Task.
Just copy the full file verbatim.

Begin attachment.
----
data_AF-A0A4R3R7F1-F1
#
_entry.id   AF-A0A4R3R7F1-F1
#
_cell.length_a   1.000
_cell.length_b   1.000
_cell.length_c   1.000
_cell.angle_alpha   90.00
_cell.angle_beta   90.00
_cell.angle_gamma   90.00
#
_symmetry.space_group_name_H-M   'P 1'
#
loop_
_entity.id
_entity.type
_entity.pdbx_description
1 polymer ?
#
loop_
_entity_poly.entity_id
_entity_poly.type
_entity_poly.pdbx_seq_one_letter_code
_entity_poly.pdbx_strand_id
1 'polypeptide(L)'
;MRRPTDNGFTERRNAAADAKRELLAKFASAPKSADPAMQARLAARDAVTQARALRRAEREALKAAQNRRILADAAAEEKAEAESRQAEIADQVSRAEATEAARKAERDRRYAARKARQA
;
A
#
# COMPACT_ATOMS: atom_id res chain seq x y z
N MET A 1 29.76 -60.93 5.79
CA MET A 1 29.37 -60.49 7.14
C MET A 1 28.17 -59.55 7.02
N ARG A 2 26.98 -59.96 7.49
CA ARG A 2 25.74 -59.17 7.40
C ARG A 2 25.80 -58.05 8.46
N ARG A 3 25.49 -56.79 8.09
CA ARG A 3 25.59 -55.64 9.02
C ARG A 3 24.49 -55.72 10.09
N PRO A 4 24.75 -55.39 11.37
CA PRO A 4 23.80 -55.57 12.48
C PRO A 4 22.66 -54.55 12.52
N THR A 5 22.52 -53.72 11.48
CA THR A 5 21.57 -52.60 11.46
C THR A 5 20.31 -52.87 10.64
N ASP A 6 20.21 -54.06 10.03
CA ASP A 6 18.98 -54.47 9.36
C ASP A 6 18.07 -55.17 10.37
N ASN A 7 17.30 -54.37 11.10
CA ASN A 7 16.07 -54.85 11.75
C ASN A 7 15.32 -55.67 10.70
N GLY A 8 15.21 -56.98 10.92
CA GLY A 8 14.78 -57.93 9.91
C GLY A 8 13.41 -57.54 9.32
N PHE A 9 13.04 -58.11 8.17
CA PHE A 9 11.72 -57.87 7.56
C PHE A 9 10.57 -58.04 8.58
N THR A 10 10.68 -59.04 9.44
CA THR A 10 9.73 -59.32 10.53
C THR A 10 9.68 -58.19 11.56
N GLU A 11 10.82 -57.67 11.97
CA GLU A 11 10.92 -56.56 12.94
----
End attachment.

data_AF-A0A4R3R7F1-F1
#
_entry.id   AF-A0A4R3R7F1-F1
#
_cell.length_a   1.000
_cell.length_b   1.000
_cell.length_c   1.000
_cell.angle_alpha   90.00
_cell.angle_beta   90.00
_cell.angle_gamma   90.00
#
_symmetry.space_group_name_H-M   'P 1'
#
loop_
_entity.id
_entity.type
_entity.pdbx_description
1 polymer ?
#
loop_
_entity_poly.entity_id
_entity_poly.type
_entity_poly.pdbx_seq_one_letter_code
_entity_poly.pdbx_strand_id
1 'polypeptide(L)'
;MRRPTDNGFTERRNAAADAKRELLAKFASAPKSADPAMQARLAARDAVTQARALRRAEREALKAAQNRRILADAAAEEKAEAESRQAEIADQVSRAEATEAARKAERDRRYAARKARQA
;
A
#
# COMPACT_ATOMS: atom_id res chain seq x y z
N MET A 1 29.76 -60.93 5.79
CA MET A 1 29.37 -60.49 7.14
C MET A 1 28.17 -59.55 7.02
N ARG A 2 26.98 -59.96 7.49
CA ARG A 2 25.74 -59.17 7.40
C ARG A 2 25.80 -58.05 8.46
N ARG A 3 25.49 -56.79 8.09
CA ARG A 3 25.59 -55.64 9.02
C ARG A 3 24.49 -55.72 10.09
N PRO A 4 24.75 -55.39 11.37
CA PRO A 4 23.80 -55.57 12.48
C PRO A 4 22.66 -54.55 12.52
N THR A 5 22.52 -53.72 11.48
CA THR A 5 21.57 -52.60 11.46
C THR A 5 20.31 -52.87 10.64
N ASP A 6 20.21 -54.06 10.03
CA ASP A 6 18.98 -54.47 9.36
C ASP A 6 18.07 -55.17 10.37
N ASN A 7 17.30 -54.37 11.10
CA ASN A 7 16.07 -54.85 11.75
C ASN A 7 15.32 -55.67 10.70
N GLY A 8 15.21 -56.98 10.92
CA GLY A 8 14.78 -57.93 9.91
C GLY A 8 13.41 -57.54 9.32
N PHE A 9 13.04 -58.11 8.17
CA PHE A 9 11.72 -57.87 7.56
C PHE A 9 10.57 -58.04 8.58
N THR A 10 10.68 -59.04 9.44
CA THR A 10 9.73 -59.32 10.53
C THR A 10 9.68 -58.19 11.56
N GLU A 11 10.82 -57.67 11.97
CA GLU A 11 10.92 -56.56 12.94